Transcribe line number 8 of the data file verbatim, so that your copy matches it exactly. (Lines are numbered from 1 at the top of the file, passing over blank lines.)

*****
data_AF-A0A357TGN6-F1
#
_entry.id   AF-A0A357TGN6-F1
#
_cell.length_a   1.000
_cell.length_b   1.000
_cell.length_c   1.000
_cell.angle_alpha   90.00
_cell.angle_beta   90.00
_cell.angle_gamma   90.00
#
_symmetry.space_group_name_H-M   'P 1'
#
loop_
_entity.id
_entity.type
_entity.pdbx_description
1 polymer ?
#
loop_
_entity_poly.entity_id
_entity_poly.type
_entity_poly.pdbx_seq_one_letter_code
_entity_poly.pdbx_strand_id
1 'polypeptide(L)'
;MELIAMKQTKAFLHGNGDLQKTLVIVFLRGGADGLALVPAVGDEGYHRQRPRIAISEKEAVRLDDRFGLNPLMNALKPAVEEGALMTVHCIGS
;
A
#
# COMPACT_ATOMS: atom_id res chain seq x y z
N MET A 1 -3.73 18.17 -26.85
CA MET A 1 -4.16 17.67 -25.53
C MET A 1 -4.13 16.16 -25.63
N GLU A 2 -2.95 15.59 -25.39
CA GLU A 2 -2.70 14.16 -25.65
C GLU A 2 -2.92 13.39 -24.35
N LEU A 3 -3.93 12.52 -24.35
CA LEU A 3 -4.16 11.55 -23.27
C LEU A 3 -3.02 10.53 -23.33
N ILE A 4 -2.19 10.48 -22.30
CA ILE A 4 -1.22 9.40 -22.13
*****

_cell.angle_alpha   90.00